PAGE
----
Cambridge Mercantile Group

Cambridge Mercantile Group

January 14, 2014 09:00 ET

Cambridge Mercantile's 2014 Currency Forecast and Market Outlook

TORONTO, ONTARIO--(Marketwired - Jan. 14, 2014) - Editors note: There is one video accompanying this press release.


  • Loonie to finish 2014 at 94 cents
  • US recovery and Canadian trade deficit expected to push CAD lower in Q1 & Q2
  • US and Canadian importers urged to plan on prudent risk management strategies in light of Loonie uncertainty

Cambridge Mercantile Group, a corporate global payment and risk management solution provider, is forecasting the USDCAD plunge to settle at 94 cents by the end of 2014. Several factors have led to the loonie's weakening, which the company's market analysts have been following closely, including Canada's export decline put in focus recently by the Bank of Canada, poor commodity performance, the economic slowdown for China, Canada's major trading partner, in addition to a US dollar bolstered by the recent tapering of the US Federal Reserve's bond buying program.

"After a number of years seeing very positive sentiment for the loonie, we've seen a shift that has become increasingly negative. The Canadian dollar has suffered over the last couple of months, slipping more than seven cents to the U.S. dollar. We expect this depreciation to continue and a dip returning to 94 cents against the greenback through the latter half of 2014," says Frey.

According to Cambridge, the Bank of Canada also played a role in the lacklustre loonie as of late by stepping away from talks of raising interest rates. The prolonged global recession and monetary policies from major central banks of the world will remain key influences on currency markets in 2014 and may also influence the CAD's downturn.

"We're seeing a much different story this year for the greenback and that's going to impact the Canadian dollar. The U.S. Federal Reserve is expected to pull back on monetary accommodation and taper its monthly asset purchases, which will translate into higher U.S. interest rates for the greenback and for U.S. treasuries and thereby drive up demand for the currency's value."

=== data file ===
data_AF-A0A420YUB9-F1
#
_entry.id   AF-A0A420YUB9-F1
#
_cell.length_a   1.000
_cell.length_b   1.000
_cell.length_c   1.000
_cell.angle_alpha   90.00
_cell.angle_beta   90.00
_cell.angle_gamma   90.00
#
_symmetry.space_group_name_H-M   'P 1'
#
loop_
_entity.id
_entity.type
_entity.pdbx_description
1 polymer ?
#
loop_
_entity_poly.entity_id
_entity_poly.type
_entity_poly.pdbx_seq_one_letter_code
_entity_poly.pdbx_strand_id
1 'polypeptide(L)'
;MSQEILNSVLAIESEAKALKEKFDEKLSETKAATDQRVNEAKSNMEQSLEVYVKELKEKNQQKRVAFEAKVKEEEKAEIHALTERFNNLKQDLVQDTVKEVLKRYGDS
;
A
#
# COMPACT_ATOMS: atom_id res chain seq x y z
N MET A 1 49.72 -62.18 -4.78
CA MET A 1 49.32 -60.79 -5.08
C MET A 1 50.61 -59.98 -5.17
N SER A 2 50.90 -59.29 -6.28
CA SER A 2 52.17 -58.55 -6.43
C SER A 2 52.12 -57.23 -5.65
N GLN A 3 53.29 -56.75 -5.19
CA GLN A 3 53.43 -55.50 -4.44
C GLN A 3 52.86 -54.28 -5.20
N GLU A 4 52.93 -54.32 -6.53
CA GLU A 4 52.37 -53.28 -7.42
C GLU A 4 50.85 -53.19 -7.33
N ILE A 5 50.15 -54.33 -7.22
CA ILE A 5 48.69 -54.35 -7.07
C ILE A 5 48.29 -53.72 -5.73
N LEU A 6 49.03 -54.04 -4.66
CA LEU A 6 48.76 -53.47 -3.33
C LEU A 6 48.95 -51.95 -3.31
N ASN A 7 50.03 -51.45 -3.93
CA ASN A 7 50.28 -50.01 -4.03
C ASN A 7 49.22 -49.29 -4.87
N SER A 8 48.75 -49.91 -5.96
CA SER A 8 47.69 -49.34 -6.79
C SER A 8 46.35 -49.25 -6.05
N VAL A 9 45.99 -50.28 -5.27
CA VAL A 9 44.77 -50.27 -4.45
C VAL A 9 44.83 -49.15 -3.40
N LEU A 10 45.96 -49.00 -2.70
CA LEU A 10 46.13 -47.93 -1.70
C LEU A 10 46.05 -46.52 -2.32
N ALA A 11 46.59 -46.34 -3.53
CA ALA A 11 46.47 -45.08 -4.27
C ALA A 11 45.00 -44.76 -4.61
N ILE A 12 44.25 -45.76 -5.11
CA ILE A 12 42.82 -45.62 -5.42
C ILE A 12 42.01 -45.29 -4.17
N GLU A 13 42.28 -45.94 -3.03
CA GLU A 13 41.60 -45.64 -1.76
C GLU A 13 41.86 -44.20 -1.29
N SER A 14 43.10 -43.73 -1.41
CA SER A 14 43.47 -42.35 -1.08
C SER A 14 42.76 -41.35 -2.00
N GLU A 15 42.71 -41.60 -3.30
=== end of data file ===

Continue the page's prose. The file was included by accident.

As for the worldwide currency market landscape in 2014, expect it to look much different this year as economic recoveries in the U.S. and U.K. gain traction, says Frey.

"The introduction of non-conventional monetary policy options for the European Central Bank will put pressure on the euro over the next few months. The biggest risk factor looking forward to this year however, will be how the global economy and the U.S. in particular contend with the Federal Reserve pulling back on monetary stimulus."

The company is offering strategic advice to both corporate clients and small businesses who are preparing to hedge against the USDCAD in order to mitigate risk as well as gain a return from the pair's movement.

About Cambridge Mercantile Group

Since its inception in 1992, Cambridge Mercantile Group has grown to become a leading provider of global payments and currency risk management solutions. With more than 14,000 clients worldwide, Cambridge is among the largest bank-independent providers of hedging and risk management products, powered by technologies widely regarded as industry leading. Cambridge delivers a superior level of service to clients through extensive knowledge of foreign exchange and award-winning operational capabilities, supported by an experienced trading, account management and consultative sales team. With offices strategically located across the globe, including North America, Europe and Australia, Cambridge facilitates the secure movement of over $20 billion annually. For more information, visit

To view the video accompanying this press release, click on the following link:

For more information and to arrange an interview with Mark Frey, please see the contact information below.

Contact Information